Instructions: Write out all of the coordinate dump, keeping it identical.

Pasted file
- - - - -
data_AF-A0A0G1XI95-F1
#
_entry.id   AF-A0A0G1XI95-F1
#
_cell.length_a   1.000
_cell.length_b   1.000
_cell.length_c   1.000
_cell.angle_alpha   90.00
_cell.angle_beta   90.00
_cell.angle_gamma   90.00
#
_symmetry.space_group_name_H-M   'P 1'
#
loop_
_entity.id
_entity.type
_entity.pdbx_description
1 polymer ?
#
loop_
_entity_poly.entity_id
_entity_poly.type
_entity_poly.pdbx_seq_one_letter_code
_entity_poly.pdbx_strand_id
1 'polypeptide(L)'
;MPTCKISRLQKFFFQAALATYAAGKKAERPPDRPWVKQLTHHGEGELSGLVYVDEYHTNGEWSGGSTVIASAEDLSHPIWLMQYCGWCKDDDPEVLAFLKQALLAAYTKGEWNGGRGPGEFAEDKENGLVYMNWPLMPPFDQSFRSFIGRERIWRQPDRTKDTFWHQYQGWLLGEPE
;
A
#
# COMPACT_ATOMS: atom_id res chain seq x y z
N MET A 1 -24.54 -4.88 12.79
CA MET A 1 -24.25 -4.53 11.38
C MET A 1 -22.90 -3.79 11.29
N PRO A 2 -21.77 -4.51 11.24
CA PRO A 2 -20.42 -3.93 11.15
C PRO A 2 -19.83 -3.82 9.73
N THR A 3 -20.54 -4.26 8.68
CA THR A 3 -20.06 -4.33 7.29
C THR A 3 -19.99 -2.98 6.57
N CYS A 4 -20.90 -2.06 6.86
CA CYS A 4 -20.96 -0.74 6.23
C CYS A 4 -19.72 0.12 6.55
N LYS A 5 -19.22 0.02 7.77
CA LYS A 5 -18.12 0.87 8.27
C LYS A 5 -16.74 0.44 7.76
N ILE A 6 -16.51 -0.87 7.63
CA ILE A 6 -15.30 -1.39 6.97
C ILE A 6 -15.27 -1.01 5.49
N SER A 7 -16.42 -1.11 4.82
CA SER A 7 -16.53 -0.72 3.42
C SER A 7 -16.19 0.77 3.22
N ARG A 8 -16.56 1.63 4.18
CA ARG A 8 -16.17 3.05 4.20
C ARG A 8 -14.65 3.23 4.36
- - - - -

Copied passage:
data_AF-A0A0G1XI95-F1
#
_entry.id   AF-A0A0G1XI95-F1
#
_cell.length_a   1.000
_cell.length_b   1.000
_cell.length_c   1.000
_cell.angle_alpha   90.00
_cell.angle_beta   90.00
_cell.angle_gamma   90.00
#
_symmetry.space_group_name_H-M   'P 1'
#
loop_
_entity.id
_entity.type
_entity.pdbx_description
1 polymer ?
#
loop_
_entity_poly.entity_id
_entity_poly.type
_entity_poly.pdbx_seq_one_letter_code
_entity_poly.pdbx_strand_id
1 'polypeptide(L)'
;MPTCKISRLQKFFFQAALATYAAGKKAERPPDRPWVKQLTHHGEGELSGLVYVDEYHTNGEWSGGSTVIASAEDLSHPIWLMQYCGWCKDDDPEVLAFLKQALLAAYTKGEWNGGRGPGEFAEDKENGLVYMNWPLMPPFDQSFRSFIGRERIWRQPDRTKDTFWHQYQGWLLGEPE
;
A
#
# COMPACT_ATOMS: atom_id res chain seq x y z
N MET A 1 -24.54 -4.88 12.79
CA MET A 1 -24.25 -4.53 11.38
C MET A 1 -22.90 -3.79 11.29
N PRO A 2 -21.77 -4.51 11.24
CA PRO A 2 -20.42 -3.93 11.15
C PRO A 2 -19.83 -3.82 9.73
N THR A 3 -20.54 -4.26 8.68
CA THR A 3 -20.06 -4.33 7.29
C THR A 3 -19.99 -2.98 6.57
N CYS A 4 -20.90 -2.06 6.86
CA CYS A 4 -20.96 -0.74 6.23
C CYS A 4 -19.72 0.12 6.55
N LYS A 5 -19.22 0.02 7.77
CA LYS A 5 -18.12 0.87 8.27
C LYS A 5 -16.74 0.44 7.76
N ILE A 6 -16.51 -0.87 7.63
CA ILE A 6 -15.30 -1.39 6.97
C ILE A 6 -15.27 -1.01 5.49
N SER A 7 -16.42 -1.11 4.82
CA SER A 7 -16.53 -0.72 3.42
C SER A 7 -16.19 0.77 3.22
N ARG A 8 -16.56 1.63 4.18
CA ARG A 8 -16.17 3.05 4.20
C ARG A 8 -14.65 3.23 4.36